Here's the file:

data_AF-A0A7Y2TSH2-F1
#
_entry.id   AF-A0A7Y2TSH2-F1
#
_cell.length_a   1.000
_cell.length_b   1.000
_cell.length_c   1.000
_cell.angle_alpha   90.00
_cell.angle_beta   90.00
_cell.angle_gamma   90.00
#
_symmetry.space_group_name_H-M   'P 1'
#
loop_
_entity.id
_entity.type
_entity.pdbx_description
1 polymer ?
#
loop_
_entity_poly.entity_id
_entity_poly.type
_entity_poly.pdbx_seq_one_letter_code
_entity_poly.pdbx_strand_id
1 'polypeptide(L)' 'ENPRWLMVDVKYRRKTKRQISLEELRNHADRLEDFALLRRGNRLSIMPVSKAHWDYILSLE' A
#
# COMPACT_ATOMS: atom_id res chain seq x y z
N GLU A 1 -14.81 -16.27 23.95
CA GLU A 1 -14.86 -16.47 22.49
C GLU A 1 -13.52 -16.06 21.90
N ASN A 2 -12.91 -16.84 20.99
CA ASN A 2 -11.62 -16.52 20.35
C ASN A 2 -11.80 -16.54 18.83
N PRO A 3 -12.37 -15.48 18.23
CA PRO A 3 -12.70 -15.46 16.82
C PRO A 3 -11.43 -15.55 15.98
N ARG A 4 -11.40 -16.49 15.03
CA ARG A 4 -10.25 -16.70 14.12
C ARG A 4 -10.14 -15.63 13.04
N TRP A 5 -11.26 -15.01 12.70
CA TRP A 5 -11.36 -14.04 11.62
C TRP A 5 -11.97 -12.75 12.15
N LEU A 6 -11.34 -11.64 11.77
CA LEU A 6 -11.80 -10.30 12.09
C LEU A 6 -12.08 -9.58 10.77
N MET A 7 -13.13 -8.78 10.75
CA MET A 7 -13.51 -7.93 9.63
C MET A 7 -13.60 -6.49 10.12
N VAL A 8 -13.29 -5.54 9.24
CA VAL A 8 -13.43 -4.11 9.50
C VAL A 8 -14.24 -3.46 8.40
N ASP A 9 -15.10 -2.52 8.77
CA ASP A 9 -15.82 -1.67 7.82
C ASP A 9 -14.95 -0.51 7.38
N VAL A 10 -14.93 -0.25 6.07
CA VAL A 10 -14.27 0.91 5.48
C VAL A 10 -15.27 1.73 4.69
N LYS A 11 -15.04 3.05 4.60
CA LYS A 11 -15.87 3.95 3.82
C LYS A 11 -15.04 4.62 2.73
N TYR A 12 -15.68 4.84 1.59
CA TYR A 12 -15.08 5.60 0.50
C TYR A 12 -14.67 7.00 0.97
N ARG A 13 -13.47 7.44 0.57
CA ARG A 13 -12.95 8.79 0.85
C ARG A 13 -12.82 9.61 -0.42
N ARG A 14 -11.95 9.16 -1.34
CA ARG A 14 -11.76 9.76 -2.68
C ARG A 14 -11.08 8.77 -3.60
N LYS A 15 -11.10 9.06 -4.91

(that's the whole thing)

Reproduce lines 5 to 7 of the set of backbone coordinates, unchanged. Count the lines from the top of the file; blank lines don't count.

_cell.length_a   1.000
_cell.length_b   1.000
_cell.length_c   1.000